Ogham is the ancient alphabet used by the Irish and Celts. It is thought it originated in circa 4-5th century Ireland though examples are found in Wales and in England. It is a system of a 25 letter alphabet and attributed to Ogma, the God of Eloquence.
Ogham's exact origins are uncertain. It is thought it may have been adapted from a sign language used by the Fili, Anruth and Ollmah to communicate to each other covertly their thoughts, prose and mystic knowledge. The various parts of the body were indicated through this signing, including the nose, arms and legs. Current theories are that the original twenty letters are the names of the 20 trees which were sacred to the Druids (the scholarly, judicial, bardic and mystic class of society during the Celtic period). In later periods for the writing of manuscripts, Ogham had several characters added in order to represent missing letters of the alphabet which were not used in the Celtic language.
Although there are theories to indicate that Ogham was a secret and ritualistic 'language', there is no direct evidence of this fact.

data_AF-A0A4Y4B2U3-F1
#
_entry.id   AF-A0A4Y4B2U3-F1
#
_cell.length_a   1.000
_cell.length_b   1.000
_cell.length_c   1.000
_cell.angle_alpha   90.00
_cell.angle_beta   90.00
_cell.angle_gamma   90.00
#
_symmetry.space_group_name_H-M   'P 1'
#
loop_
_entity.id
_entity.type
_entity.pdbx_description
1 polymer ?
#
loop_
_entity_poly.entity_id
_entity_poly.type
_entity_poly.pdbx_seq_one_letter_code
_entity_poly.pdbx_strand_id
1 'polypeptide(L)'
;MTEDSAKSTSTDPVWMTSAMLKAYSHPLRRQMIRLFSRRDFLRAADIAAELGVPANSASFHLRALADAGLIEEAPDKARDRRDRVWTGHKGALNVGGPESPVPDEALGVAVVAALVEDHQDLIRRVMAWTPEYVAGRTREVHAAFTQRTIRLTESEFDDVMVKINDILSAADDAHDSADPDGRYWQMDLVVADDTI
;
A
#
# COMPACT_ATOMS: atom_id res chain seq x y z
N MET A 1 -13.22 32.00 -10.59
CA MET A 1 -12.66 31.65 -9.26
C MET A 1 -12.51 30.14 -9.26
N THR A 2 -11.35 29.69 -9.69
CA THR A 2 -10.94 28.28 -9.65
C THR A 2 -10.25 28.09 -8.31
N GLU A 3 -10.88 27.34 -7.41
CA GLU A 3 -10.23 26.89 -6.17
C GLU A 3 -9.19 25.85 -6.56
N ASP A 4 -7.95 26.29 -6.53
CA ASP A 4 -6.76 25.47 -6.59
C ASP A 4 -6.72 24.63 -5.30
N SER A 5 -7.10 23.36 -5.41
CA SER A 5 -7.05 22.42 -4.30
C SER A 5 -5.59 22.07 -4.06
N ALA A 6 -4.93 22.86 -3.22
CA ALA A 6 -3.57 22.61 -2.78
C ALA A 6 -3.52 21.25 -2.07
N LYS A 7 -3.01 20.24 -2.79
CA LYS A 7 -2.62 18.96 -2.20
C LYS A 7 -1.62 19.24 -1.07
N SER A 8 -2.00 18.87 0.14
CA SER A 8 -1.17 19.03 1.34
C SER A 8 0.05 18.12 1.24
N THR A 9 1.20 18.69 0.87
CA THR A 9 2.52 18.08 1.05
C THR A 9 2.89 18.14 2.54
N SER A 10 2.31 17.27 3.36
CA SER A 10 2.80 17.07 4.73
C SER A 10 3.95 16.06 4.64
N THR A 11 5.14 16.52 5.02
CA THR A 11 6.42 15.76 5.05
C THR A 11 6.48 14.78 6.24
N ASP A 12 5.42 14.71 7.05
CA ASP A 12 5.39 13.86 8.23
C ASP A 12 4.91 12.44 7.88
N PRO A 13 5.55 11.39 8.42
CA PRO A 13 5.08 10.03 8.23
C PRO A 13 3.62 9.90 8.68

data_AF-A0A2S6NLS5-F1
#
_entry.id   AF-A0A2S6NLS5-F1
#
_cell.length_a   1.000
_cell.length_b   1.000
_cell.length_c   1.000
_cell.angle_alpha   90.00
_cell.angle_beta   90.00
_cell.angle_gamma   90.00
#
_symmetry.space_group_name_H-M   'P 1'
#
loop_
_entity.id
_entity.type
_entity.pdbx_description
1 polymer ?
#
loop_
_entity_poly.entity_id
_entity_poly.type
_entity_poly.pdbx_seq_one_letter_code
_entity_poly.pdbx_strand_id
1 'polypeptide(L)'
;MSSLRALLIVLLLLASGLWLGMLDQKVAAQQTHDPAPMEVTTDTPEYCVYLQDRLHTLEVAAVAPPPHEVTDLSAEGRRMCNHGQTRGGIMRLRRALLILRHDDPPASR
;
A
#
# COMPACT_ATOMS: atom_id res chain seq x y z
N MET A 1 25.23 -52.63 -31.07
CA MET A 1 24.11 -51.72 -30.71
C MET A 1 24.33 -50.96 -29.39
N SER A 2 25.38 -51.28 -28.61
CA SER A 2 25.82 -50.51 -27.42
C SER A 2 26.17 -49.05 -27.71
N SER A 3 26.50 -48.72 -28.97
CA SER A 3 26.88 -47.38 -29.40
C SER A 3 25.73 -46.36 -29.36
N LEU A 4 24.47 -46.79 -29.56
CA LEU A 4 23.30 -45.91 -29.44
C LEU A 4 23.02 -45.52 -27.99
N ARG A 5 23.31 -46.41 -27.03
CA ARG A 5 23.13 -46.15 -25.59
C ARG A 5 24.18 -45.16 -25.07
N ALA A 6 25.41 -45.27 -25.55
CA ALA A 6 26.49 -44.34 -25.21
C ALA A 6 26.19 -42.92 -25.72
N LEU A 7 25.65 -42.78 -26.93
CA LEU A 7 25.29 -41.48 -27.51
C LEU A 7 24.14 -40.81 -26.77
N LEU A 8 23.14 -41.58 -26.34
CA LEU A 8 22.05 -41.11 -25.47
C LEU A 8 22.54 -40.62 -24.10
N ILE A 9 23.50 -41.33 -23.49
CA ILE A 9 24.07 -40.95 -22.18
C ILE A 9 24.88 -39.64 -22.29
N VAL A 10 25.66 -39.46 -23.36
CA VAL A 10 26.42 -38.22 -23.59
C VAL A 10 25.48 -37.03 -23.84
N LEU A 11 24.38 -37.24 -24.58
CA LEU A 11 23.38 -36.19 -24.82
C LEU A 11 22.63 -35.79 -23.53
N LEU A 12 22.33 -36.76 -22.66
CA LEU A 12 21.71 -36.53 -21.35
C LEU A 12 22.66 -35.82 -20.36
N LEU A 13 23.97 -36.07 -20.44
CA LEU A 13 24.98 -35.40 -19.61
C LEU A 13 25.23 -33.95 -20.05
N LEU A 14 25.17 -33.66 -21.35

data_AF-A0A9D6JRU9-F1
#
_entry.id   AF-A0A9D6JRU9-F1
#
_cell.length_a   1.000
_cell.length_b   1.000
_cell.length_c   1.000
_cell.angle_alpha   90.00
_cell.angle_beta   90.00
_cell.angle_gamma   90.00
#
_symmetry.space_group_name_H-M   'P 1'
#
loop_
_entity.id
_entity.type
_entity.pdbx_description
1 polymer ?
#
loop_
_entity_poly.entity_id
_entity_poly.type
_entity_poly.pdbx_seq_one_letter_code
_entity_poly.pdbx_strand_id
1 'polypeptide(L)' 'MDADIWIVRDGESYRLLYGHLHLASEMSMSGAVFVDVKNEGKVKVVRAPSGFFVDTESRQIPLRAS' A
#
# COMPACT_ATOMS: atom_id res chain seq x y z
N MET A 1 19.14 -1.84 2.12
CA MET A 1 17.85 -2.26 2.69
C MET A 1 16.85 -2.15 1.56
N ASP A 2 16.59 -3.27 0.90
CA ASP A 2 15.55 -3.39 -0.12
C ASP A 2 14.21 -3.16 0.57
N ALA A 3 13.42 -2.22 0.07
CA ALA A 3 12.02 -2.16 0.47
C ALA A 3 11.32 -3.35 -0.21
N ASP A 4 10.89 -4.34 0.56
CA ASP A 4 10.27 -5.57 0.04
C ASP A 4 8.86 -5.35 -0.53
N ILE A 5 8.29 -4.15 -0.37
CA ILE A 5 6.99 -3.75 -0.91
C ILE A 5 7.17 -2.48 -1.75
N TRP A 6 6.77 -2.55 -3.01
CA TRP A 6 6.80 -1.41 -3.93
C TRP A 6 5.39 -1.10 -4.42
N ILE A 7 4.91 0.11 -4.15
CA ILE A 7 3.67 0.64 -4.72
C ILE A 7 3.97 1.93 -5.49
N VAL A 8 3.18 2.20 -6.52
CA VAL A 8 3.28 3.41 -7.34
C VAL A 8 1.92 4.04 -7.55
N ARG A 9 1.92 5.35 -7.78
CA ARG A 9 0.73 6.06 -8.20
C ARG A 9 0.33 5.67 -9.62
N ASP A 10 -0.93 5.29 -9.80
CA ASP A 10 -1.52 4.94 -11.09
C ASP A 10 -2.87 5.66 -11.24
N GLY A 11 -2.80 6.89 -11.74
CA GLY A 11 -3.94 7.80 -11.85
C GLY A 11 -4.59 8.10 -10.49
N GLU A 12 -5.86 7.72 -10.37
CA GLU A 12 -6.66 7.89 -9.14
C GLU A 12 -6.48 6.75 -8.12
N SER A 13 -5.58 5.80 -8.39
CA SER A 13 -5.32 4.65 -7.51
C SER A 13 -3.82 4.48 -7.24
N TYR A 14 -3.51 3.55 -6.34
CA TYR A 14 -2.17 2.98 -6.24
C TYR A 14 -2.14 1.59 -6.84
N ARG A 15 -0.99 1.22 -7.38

Ogham was carved on stones (and perhaps wood but no artifacts have survived at present), usually on the angle of the stone, but sometimes along a vertical line. Ogham was read from bottom to top and occasionally from right to left. This again is disputed as later manuscripts have shown it was read from top to bottom and left to right.
Occasionally written as Ogam or Ogum, Ogham is pronounced 'Ahg-m' or Oh-ehm'.
Ogham was not widely used. It was primarily used by the Druidic classes and used otherwise for border marking stones, grave inscriptions or a record of an event.
Ogham was divided into 5 Aicme and each Aicme is named after its first letter. These represented a series of characters. The first Aicme (B), second (H), third (M), fourth (A) and fifth – which was added later representing those letters not found in the original Celtic language (ea (ch or k); oi (th); ui (ph); ia (p); ae (x), p and the final symbols which represented the beginning and end of a text or spaces.
The list below shows the Ogham inscription, the name, the tree it represents and the modern letter equivelant.